Greene County economic development chief Sandy Mathes had a very good year in 2008 and was handsomely — some say obscenely — rewarded by his board of directors. Under his 2004 contract negotiated with the Industrial Development Agency, which supervises economic development in Greene County, Mathes was paid $175,000 in bonuses on top of his $130,000 base salary for that year. As they say on Wall Street, that ain’t exactly hay.
IDA records show Mathes got another $45,000 in bonuses for 2009. Mathes, brash to at times the point of brazen, did not back up to the pay table.
“We had a spectacular year, our best ever,” he told me from his Coxsackie headquarters. Banner 2008 included 1200 new jobs, $4 million in new local taxes paid by developers, and $150 million in new investment.
“We changed the landscape,” Mathes crowed. “It takes a lot of work, a lot of talent, a lot of experience, to turn cornfields into jobs.”
No argument here. IBM-like developments have literally erupted out of the old cornfields in uptown Coxsackie off Route 9W in the last five years. Down here, we talk and talk about getting TechCity filled up, 15 years after IBM went south.
But isn’t it Mathes’ job to transform the landscape, and isn’t $130,000 a year a pretty good salary for doing it? I asked the bonus baby.
“The IDA board, which is comprised of private-sector business people, decided an incentive system was the best way to go,” he replied. “There have been some years where I didn’t get any bonus.” But, not many. Bonuses between 2004 and 2009 totaled $352,000, according to IDA records.
Mathew notes that all IDA expenditures, bonuses or otherwise, come from fees charged developers, not from taxpayers.
Included in that very good year was Mathes luring Empire Liquor (formerly Colonial Liquors) from Kingston to Coxsackie. Competition for economic development, therefore, is not just between nations and states, but right down to the county level.
In Ulster County, economic development chief Lance Matteson can only dream of the bonus compensation Mathes achieved. Under his contract with UCDC, Matteson, whose base salary is similar to what Mathes earns, can command a maximum of $15,000 in bonus pay, he said...
Last year was a pretty good year for UCDC, he said, with upwards of $150 million in new development, driven primarily by the $117 million invested in Woodland Pond in New Paltz. The director said 609 jobs were either retained or created. Left unsaid is that Ulster County has four times the population of its spectacularly performing neighbor to the north. In baseball terms, it’s like comparing the Mets to the Yankees.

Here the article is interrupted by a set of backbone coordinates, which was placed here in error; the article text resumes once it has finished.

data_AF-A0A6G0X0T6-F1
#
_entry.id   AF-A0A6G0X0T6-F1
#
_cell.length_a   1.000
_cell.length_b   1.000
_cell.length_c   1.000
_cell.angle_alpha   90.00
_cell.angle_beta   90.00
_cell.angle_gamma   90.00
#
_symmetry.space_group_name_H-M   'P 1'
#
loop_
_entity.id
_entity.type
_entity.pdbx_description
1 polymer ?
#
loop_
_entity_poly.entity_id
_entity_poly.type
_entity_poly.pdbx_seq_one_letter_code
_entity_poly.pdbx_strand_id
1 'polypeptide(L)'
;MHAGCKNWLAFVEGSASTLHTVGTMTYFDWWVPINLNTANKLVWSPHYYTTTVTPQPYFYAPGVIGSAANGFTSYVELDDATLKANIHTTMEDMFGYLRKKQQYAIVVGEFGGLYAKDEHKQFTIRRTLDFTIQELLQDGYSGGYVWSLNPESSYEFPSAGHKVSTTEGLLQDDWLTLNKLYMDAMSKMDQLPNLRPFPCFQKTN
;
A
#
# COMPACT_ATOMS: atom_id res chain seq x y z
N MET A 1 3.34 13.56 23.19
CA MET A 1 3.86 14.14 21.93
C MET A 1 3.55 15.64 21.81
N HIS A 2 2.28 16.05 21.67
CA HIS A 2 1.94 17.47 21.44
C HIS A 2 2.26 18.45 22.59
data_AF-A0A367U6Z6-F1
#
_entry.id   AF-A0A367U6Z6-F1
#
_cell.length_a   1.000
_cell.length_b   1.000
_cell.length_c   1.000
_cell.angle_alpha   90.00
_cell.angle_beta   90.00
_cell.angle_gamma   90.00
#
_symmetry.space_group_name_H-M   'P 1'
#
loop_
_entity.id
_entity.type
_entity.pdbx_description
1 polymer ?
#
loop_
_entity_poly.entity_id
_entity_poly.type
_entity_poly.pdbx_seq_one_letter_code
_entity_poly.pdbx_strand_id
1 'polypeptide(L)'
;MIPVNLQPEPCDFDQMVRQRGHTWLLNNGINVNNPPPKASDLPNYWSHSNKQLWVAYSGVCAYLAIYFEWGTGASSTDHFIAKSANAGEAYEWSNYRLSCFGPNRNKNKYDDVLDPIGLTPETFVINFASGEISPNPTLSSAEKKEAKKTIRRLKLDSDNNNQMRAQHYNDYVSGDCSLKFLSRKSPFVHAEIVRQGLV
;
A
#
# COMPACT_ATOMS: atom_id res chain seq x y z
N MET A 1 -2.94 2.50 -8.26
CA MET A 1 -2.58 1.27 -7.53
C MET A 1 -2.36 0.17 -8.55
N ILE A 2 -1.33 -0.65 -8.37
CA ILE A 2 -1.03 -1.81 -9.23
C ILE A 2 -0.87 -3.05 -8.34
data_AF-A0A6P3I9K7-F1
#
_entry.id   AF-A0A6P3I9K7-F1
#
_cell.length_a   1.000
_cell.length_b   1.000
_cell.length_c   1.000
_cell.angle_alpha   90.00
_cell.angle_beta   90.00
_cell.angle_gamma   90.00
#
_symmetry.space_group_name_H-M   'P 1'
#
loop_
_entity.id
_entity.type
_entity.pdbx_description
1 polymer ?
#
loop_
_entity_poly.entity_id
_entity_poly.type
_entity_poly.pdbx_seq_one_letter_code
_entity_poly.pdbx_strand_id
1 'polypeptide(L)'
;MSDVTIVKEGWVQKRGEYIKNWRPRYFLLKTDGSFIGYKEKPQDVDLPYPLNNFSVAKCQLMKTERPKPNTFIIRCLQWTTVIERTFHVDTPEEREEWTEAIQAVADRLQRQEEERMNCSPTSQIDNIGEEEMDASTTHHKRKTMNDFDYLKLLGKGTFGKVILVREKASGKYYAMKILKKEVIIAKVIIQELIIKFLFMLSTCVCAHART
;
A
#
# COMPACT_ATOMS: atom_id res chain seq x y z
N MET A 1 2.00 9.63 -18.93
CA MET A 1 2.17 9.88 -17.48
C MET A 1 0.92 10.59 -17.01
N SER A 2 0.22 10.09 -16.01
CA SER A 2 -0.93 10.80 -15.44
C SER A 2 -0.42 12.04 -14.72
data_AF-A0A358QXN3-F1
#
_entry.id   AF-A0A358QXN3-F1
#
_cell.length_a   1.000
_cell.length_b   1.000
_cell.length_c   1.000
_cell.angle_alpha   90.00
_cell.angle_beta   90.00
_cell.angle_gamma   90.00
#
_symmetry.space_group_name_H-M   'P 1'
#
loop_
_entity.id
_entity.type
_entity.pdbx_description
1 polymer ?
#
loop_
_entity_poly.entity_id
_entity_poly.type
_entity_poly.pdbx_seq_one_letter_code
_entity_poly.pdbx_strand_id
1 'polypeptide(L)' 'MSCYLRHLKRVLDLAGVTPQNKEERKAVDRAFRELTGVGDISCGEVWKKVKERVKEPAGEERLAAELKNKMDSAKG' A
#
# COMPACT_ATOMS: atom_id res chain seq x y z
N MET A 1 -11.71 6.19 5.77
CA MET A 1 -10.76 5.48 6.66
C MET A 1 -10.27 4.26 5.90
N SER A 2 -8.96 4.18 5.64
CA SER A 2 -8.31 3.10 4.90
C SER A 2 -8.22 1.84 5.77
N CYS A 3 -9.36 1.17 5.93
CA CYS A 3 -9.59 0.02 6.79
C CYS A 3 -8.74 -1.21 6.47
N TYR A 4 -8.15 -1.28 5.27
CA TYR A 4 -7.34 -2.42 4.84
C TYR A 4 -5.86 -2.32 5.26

Mathes thinks his system works better than those in surrounding counties because “we’ve taken politics out of it.” Businesspeople, he said, make economic-development decisions in Greene County, “not politicians.” (Ulster’s gaggle of UCDC board members is comprised mostly of business types, with a smattering of politicians by title.)
As a former aide to the late state senator Charlie Cook and a former majority leader of Greene County’s legislature, Mathes certainly knows his politics. Perhaps the question then isn’t so much whether Sandy Mathes is worth $305,000 in a very good year — I find it wildly excessive in this economy, but maybe I’m just jealous — but whether paying a go-getter economic developer like Mathes another $100,000 or so a year would make a material difference in too-long-dormant Ulster County.
Let’s see whether I have this right. Up until about two months ago, Ulster County’s consumer affairs and human rights departments were full-time positions with salaries averaging $61,000 a year. Merged with a full-time director of the youth department (as yet to be confirmed by the legislature), the jobs of consumer affairs and human rights can be done in five hours a week. Or so says county executive Mike Hein.
If so, it is fair for the taxpayers Hein so fervently seeks to protect to ask, “And just what were those people doing in their full-time jobs before?”